It is in all our interests for the partnership between the UK and the EU to allow maximum freedom for British companies to trade with, and operate within, European markets, and the same for Swedish companies in the UK. It would be to the detriment of us all if unnecessary barriers to trade were erected, writes Theresa May, Prime Minister of the United Kingdom.
En utskrift från Dagens Nyheter, 2019-09-17 02:50
Artikelns ursprungsadress: https://www.dn.se/debatt/sweden-is-an-important-partner-for-uk-business/
Today, Wednesday 29 March, I formally wrote to Donald Tusk to give effect to the democratic decision of the people of the United Kingdom who last year voted decisively to leave the European Union.
At this moment of profound significance for my country, I want to assure you that this decision was no rejection of the values we share as fellow Europeans. Nor was it an attempt to do harm to the European Union or any of the remaining Member States. On the contrary, the United Kingdom wants the European Union to succeed and prosper.
Our referendum was a vote to restore, as we see it, our national self-determination. We are leaving the European Union, but we are not leaving Europe – and we want to remain committed partners and allies of Sweden and all our friends across the continent.
Indeed, Britain and Sweden have worked closely together on so many of the issues that unite us – from promoting free trade and increasing Europe’s competitiveness to strengthening the stability and security of the Baltic region. We greatly value this continuing friendship between our two countries.
As Europe’s closest friend and neighbour, we hope to enjoy a deep and special partnership with the whole of the European Union once we leave. This deep and special partnership should take in both economic and security cooperation, for this is in the interests of the United Kingdom, Sweden, the European Union and the wider world.
Britain and Sweden have worked closely together on so many of the issues that unite us – from promoting free trade and increasing Europe’s competitiveness to strengthening the stability and security of the Baltic region. We greatly value this continuing friendship between our two countries.
We want to make sure that Europe remains strong and prosperous and is capable of projecting its values, leading in the world, and defending itself from security threats – and we want the United Kingdom, through this new deep and special partnership with a strong European Union, to play its full part in achieving these goals.
So we approach these talks constructively, respectfully, and in a spirit of sincere cooperation. We have listened carefully to what our European counterparts have said and we respect their position. That is why, for example, the United Kingdom does not seek membership of the Single Market. European Leaders have been clear that membership of the Single Market entails accepting the ‘four freedoms’. We understand that these are indivisible and there can be no “cherry picking”. For that reason, we do not seek membership of the Single Market but the greatest possible access to it through a new bold and ambitious Free Trade Agreement.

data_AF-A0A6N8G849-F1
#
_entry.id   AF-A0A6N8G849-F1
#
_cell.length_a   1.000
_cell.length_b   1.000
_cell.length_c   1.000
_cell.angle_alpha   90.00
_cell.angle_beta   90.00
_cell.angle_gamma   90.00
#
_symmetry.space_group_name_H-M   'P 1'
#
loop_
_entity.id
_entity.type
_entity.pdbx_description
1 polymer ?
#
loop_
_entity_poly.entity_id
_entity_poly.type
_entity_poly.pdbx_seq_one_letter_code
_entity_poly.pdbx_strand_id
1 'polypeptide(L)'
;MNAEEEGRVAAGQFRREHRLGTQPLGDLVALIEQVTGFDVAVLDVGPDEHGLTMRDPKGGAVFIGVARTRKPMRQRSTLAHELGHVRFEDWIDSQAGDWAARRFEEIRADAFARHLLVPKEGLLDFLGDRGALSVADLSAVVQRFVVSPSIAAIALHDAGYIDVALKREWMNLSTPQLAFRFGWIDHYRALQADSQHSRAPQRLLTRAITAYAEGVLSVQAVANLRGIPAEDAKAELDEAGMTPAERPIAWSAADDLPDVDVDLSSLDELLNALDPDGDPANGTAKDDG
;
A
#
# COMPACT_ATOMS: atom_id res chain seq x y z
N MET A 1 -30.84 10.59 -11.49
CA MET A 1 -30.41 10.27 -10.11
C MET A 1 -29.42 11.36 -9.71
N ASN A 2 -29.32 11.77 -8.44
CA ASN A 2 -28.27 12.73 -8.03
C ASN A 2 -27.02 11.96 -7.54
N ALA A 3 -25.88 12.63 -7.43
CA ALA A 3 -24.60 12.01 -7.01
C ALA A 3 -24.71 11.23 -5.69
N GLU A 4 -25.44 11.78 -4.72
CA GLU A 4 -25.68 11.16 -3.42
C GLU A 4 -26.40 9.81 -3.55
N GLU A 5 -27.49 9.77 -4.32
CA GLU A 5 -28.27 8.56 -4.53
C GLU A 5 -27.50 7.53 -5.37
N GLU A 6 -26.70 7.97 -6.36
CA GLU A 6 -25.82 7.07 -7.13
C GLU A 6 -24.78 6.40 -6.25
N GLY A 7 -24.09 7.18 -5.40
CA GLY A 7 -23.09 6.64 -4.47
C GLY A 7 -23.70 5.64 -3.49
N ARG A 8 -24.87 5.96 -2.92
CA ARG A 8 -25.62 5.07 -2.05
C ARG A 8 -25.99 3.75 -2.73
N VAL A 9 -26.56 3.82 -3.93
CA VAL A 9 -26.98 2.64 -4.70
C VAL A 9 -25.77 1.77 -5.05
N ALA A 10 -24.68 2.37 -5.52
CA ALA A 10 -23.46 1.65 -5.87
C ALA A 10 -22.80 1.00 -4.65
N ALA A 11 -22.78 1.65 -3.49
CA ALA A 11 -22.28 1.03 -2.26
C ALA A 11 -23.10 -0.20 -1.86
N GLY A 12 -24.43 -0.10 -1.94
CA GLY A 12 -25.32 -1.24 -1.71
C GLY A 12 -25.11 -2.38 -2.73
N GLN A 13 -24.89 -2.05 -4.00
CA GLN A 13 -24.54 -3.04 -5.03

Similarly, we understand that there will be consequences for the UK of leaving the EU: we know that we will lose influence over the rules that affect the European economy. We also know that UK companies that trade with the EU will have to align with rules agreed by institutions of which we are no longer a part – just as UK companies do in other overseas markets. We accept that.
But there should be no reason why we cannot agree a new deep and special partnership between the UK and the EU that works for us all.
Sweden is an important partner for UK business and the UK is the fourth largest EU market for Swedish goods. There are also complex supply chains that benefit both our countries. So it is in all our interests for the partnership between the UK and the EU to allow maximum freedom for British companies to trade with, and operate within, European markets, and the same for Swedish companies in the UK. It would be to the detriment of us all if unnecessary barriers to trade were erected.
Similarly, we must continue to forge the closest possible security co-operation to keep our people safe. In an increasingly unstable world, that collaboration is more, not less, important for us all. We face the same global threats from terrorism and extremism and that message was only reinforced by the abhorrent terrorist attack in London last week.
I want the UK’s new relationship with the EU to ensure that – whether it comes to exchanging the information our security services need, or working together to protect Europe’s borders - we have the closest possible relationship.
This new partnership is of such importance to both the UK and the EU that we are sure it can be agreed within the timeframe for the negotiations and in a way that strengthens the liberal, democratic values of Europe that we all share – and that the world needs now more than ever.
That is why we will continue to play our part in ensuring that Europe remains strong and prosperous and able to lead in the world, projecting its values and defending itself from security threats. The new deep and special partnership we seek will allow us to do so, contributing to the prosperity, security and global power of our continent to the benefit of all.